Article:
UK house prices have grown faster in the North West of England than anywhere else in the country. UK property prices have surged by 5.6% in the region over the last 12 months. Such figures are in stark contrast to London. UK property prices in the capital dropped by 0.7% during that period.
Regarding UK house prices, the North West is streets ahead of its regional contemporaries. UK property prices in the South West and the West Midlands grew by 4.4%. Elsewhere, the North East experienced a growth of 2.8%. The London malaise spread out to the further South East region, which only hit a growth rate of 1.8%. The national average growth for UK house prices throughout July 2017 to July 2018 came in at 3.1%.
Great UK House Prices For Investors
The continued growth of UK property prices hasn’t diluted the attractiveness of Manchester property investment to developers and buy to let investors. The highest average house price in the city currently stands at £232,365. By comparison, the average UK property price in London hits a dramatic high of £484,926; over double that of their Northern competitor. Liverpool fares even better than their neighbour in the UK property market. As of September 2018, the average house price in the Northern Powerhouse city is £173,101.
The disparity in house prices between London and the North West region is big news. It is the primary contributory factor for the mass exodus of professionals in their 30s leaving London and heading North. In the year to June 2017, 330,000 people left the confines of the capital. The numbers of people leaving London and heading 200 miles or more north increased by 371% over a 12-month period. They are upping sticks and looking to live and work in Liverpool and Manchester, the UK’s fastest growing and exciting cities.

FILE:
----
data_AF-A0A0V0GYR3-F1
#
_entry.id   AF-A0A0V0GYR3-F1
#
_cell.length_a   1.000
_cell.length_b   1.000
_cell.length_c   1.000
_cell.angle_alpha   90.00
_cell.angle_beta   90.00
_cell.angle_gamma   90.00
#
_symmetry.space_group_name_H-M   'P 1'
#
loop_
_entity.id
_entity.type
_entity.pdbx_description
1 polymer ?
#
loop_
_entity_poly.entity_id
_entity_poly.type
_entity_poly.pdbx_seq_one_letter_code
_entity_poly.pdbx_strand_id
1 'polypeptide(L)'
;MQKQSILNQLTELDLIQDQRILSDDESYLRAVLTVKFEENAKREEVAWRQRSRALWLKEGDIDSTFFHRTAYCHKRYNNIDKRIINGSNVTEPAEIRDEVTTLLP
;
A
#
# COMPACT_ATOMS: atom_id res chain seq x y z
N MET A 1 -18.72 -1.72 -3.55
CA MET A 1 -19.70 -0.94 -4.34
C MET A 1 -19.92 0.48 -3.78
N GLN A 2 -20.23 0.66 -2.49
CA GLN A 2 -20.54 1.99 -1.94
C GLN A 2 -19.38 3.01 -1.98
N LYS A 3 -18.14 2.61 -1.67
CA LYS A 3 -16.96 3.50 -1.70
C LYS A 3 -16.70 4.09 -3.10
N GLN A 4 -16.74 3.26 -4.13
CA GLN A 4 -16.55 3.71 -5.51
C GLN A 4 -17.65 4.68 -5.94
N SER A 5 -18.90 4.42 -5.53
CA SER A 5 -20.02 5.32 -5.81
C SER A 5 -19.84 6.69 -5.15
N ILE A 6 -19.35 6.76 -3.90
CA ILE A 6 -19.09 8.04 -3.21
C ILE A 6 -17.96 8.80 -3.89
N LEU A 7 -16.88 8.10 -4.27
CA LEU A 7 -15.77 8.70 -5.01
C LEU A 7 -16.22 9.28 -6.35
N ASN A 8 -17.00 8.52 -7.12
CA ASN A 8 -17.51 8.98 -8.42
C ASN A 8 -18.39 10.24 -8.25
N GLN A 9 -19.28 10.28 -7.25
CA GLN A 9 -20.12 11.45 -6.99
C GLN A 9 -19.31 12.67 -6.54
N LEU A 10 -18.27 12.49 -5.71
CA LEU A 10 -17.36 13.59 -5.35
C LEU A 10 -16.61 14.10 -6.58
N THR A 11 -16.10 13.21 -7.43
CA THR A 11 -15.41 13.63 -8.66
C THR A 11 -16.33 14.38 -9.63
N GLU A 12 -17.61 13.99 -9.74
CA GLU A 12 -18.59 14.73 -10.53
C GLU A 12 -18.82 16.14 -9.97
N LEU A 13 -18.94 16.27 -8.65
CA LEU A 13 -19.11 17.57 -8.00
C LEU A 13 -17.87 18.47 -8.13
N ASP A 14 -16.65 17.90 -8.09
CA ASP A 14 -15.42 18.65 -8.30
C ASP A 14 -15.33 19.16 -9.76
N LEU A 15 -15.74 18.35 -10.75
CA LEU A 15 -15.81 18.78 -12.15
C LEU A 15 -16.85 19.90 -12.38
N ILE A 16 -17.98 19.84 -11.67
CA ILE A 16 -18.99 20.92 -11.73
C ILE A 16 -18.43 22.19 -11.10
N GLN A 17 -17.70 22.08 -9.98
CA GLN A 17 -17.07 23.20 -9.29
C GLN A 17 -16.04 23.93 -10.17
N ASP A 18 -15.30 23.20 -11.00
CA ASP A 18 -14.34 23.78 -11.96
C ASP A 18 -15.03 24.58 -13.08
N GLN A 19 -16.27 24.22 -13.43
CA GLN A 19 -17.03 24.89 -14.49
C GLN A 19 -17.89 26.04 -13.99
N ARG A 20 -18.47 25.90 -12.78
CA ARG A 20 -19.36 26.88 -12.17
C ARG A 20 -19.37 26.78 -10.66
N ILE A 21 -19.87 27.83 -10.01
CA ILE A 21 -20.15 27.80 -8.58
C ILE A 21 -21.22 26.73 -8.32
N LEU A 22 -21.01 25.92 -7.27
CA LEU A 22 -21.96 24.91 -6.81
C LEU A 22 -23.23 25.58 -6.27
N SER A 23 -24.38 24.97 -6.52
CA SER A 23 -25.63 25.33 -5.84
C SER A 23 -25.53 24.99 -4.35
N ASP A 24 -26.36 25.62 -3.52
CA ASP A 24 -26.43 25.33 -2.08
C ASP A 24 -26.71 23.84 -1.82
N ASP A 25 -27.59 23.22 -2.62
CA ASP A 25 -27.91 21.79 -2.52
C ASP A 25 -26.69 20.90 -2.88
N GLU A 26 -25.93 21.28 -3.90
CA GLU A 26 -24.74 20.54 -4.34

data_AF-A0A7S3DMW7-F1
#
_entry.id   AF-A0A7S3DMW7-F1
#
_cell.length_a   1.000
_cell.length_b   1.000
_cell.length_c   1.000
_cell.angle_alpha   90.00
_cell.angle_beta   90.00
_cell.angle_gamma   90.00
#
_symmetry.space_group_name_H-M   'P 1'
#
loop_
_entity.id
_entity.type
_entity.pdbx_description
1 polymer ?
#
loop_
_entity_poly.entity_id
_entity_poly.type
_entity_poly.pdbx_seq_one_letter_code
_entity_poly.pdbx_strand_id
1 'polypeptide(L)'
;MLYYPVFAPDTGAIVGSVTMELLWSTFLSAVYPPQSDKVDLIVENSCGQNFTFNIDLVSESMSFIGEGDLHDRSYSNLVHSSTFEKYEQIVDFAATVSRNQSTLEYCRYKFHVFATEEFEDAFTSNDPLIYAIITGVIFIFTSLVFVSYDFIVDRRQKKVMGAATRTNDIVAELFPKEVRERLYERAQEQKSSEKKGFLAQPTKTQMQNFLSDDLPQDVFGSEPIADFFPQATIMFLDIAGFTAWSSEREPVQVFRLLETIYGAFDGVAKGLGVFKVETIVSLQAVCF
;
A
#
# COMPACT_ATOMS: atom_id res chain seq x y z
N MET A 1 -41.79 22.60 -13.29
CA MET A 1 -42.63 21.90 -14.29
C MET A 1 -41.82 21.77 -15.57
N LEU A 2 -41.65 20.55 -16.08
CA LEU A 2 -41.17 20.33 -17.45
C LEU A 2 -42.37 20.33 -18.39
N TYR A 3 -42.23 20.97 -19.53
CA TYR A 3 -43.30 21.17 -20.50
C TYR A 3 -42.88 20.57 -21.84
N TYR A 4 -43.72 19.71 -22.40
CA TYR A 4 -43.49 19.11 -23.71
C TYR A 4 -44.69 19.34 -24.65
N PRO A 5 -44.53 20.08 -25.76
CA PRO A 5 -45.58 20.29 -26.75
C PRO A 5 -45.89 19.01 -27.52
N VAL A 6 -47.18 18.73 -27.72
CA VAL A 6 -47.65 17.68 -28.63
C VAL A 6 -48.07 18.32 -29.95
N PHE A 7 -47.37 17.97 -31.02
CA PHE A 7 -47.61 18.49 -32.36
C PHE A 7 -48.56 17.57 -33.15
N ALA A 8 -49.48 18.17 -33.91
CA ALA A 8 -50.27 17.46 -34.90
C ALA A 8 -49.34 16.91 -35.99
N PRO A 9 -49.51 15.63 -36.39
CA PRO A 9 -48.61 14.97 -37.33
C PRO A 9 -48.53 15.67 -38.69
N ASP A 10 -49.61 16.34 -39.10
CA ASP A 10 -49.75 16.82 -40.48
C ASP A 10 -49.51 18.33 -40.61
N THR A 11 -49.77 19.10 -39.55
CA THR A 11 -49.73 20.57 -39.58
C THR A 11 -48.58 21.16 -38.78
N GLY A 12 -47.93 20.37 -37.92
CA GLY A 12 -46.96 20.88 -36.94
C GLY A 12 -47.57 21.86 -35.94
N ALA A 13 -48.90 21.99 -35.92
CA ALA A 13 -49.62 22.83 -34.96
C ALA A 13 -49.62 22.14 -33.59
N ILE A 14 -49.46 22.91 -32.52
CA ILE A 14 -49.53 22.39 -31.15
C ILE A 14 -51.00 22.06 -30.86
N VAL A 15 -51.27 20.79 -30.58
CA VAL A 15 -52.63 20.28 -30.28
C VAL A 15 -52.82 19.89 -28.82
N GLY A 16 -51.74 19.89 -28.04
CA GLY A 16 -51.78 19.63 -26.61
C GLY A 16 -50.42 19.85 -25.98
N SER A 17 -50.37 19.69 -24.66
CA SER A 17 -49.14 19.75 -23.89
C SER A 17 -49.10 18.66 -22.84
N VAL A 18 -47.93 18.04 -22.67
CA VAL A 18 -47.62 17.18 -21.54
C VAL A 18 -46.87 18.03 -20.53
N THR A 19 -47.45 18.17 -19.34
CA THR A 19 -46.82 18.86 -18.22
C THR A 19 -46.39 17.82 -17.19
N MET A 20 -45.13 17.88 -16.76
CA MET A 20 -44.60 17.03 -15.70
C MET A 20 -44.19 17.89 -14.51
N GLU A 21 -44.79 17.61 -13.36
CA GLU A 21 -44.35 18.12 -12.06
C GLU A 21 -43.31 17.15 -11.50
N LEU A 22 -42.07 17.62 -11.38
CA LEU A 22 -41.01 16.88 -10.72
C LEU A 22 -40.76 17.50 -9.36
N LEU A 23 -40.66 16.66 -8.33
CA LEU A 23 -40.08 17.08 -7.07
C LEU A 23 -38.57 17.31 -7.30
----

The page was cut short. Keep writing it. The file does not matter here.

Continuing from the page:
The poor performance of the London property market may even be responsible for skewing the national average. The 0.7% fall in the capital’s house meant that the UK average growth of 3.1% was the country’s lowest since August 2013, when annual growth of 3.0% was recorded.
Without the strong performances of cities like Liverpool, Manchester, Birmingham and Bristol, London’s slide will have affected the UK’s property market more profoundly.
The Bigger Picture For UK House Prices
Although some may cite 3.1% growth as an indication of a problematic market, the opposite is true. Even during theinstability and uncertainty surrounding Brexit, UK house prices have shown great resilience, particularly in regions outside of London that have been going from strength to strength in recent years.
Reports show that the average price of a house in the UK was £231,000 in July 2018. That represents a £6,000 increase on the previous year. The differences between the home nations shows far better prosperity for England. In England, the average is £245,000. Wales fares the best of the rest at £157,000. Meanwhile, the average house prices come in at intriguing figures of £150,000 in Scotland and £133,000 in Northern Ireland.
Much like the effect seen in regions, it is the home nations with the lowest average prices that have experienced the biggest increase in percentage value. England’s higher value houses rose in value by 2.7%. Wales surged by 4.3%, with Scotland and Northern Ireland jumped up by 4.8% and 4.4% respectively.
There is even better news for buy to let investors. There was a rise of 0.9% in rental prices over the 12-month period to August 2018. The North West offers buy to let investors rental yields and entry costs lower than anywhere else in the UK. Again, the prosperity of the North West in contrast to London. The capital took a 0.3% hit on its rental prices over the 12-month period. For buy to let investors, it means London is becoming less of a viable proposition. For such high property costs, the yields must justify the outlay. Unlike the North West, London cannot do that.
The North West is unique in the UK property market with consistency unmatched by other regions. Property in Liverpool and Manchester is far more favourable than London or most of the other UK regions.